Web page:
Learning to communicate and interact with your toddler is a challenge. You’re trying to teach them words and norms, and they are trying to understand this confusing world, which usually results in tantrums, food on the floor, and the word “no” being yelled repeatedly. This becomes more difficult when you try to teach your child to interact with other kids.
Put a group of small people with no social skills, emotional coping mechanisms, or grasp on appropriate behavior together, and chaos ensues. But since social interaction is such an important part of our world, how can you help your child navigate these rough waters?
If your toddler doesn’t have siblings to interact with and doesn’t attend daycare, it’s harder for them to learn to socialize. Therefore, it’s important to seek out other ways to help your child learn to interact with children their own age. When they spend their days only talking to adults (like my kid does), you may find that they’re more hesitant to play with other kids. That’s OK, but it’s also helpful to provide opportunities for them to learn to socialize with other children. These tips are helpful for neurotypical kids, but may not work as well for autistic children (I’m using identity-first language here) or otherwise neurodiverse children. You know your child best, so always trust your gut and find things that work for them.
1. Have Realistic Expectations
Knowing what behaviors are appropriate for your child’s age group is important. BabyCenter notes that children younger than 3 years old may participate in “parallel play,” where they play alongside each other, as opposed to playing with each other. So if you see them spending time next to a child without talking (or, more realistically, speaking gibberish), don’t panic.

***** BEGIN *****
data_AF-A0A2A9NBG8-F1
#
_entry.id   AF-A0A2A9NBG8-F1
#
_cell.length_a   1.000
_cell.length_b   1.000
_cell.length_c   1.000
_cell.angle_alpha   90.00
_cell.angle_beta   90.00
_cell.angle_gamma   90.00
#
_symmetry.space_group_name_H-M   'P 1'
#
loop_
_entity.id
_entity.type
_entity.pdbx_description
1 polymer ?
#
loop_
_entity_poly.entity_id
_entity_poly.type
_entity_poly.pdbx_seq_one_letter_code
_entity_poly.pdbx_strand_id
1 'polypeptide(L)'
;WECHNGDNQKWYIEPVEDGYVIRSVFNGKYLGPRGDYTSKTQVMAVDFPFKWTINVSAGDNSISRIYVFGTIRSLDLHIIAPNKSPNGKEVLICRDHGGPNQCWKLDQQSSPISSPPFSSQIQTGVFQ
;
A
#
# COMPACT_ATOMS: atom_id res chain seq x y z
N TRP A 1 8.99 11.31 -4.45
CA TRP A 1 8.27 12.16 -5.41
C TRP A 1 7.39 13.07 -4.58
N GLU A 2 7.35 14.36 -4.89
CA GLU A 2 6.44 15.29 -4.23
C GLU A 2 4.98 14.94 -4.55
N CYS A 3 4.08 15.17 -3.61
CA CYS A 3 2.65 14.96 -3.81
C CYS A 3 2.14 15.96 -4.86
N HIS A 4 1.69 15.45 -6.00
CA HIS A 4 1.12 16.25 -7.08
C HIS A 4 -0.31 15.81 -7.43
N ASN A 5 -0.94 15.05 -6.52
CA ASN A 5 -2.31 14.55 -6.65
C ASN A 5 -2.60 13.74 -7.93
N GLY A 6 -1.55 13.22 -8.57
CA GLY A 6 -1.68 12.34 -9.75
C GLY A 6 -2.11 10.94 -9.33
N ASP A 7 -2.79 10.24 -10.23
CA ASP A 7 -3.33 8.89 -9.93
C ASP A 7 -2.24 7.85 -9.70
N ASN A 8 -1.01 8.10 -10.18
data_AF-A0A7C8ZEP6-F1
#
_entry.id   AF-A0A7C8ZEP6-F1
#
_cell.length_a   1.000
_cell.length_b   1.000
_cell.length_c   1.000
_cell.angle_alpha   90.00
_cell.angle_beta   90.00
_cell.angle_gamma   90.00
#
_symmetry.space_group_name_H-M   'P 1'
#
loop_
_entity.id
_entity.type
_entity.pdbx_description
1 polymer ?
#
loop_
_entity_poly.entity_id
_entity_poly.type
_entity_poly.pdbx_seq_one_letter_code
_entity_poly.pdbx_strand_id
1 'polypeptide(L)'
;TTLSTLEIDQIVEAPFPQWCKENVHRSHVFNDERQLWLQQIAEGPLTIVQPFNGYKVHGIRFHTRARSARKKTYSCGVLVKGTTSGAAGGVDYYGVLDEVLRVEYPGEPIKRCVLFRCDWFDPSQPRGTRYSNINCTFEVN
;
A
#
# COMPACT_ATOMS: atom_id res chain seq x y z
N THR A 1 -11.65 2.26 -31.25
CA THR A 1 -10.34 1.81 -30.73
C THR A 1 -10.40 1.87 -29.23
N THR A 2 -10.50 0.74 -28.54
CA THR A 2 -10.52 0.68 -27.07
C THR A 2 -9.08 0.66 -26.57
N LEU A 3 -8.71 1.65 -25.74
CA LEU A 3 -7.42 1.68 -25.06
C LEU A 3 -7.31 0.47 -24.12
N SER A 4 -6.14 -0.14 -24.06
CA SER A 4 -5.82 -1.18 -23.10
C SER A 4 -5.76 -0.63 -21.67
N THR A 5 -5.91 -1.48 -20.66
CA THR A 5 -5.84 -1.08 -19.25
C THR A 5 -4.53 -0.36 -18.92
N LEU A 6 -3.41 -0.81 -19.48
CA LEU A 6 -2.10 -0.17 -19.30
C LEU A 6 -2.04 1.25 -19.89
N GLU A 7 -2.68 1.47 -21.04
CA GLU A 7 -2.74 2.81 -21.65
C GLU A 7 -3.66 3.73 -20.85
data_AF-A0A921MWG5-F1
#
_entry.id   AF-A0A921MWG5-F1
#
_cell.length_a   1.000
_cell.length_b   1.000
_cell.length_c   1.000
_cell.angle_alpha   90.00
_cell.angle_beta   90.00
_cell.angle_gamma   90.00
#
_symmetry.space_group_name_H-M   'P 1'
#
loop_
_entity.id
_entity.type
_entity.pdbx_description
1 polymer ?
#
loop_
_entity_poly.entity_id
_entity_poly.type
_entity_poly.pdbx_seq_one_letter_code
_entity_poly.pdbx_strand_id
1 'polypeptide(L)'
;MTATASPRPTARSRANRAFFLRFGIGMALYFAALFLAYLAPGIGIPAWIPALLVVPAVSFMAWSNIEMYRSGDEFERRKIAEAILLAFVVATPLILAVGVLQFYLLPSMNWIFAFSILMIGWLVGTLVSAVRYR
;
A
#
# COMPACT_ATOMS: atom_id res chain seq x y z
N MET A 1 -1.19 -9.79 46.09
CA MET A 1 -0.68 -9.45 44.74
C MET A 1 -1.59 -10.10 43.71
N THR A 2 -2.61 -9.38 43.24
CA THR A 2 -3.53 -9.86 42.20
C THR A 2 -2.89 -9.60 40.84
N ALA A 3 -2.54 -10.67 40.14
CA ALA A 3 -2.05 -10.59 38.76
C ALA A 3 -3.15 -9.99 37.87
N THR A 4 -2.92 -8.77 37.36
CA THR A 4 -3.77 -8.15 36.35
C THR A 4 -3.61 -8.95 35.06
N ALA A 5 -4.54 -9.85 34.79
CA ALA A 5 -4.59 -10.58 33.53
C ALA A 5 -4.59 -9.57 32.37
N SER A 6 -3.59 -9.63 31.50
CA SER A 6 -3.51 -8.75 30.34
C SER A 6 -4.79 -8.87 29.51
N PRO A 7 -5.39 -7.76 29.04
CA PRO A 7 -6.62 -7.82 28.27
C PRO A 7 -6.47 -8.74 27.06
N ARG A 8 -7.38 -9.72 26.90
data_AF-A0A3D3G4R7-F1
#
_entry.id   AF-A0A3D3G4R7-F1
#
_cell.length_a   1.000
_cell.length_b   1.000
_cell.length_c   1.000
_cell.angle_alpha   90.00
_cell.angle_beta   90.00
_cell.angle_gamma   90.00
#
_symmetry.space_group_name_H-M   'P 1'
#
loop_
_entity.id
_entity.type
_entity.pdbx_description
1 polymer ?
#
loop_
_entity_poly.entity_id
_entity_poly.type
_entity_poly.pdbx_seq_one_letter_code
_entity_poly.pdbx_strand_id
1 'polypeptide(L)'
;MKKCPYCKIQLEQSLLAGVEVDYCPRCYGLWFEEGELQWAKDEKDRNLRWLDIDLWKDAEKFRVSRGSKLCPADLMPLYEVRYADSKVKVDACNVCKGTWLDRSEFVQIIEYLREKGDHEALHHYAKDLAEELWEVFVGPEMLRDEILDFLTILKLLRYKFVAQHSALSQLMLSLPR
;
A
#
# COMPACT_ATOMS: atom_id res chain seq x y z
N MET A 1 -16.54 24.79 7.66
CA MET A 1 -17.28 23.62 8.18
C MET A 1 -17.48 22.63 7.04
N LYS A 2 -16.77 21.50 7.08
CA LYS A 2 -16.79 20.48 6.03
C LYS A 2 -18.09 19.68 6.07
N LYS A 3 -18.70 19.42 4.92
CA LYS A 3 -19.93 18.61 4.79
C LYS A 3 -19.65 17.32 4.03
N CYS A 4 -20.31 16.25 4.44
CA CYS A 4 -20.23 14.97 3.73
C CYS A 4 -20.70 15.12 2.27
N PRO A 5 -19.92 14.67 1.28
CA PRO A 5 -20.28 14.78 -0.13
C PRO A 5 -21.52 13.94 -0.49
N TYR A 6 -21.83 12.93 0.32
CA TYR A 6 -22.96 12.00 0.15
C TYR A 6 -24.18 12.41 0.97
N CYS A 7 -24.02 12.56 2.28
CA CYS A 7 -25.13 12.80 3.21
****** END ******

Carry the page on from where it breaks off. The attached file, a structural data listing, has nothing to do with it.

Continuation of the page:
2. Schedule Playdates With Other Kids
It’s hard for your child to socialize if they’re not encountering other kids. Playdates at your home, other homes, or the local park can be a great way to introduce your toddler to kids their age.
3. Find A Group Or Class To Attend
Aside from one-on-one playdates, classes or groups are important, too. These structured get togethers help your child develop a routine, follow rules, and be in environments where there are many children and personalities to navigate and tolerate. It’s also important to find diverse groups of kids, so your child gets used to not always being around children that look or act like them.
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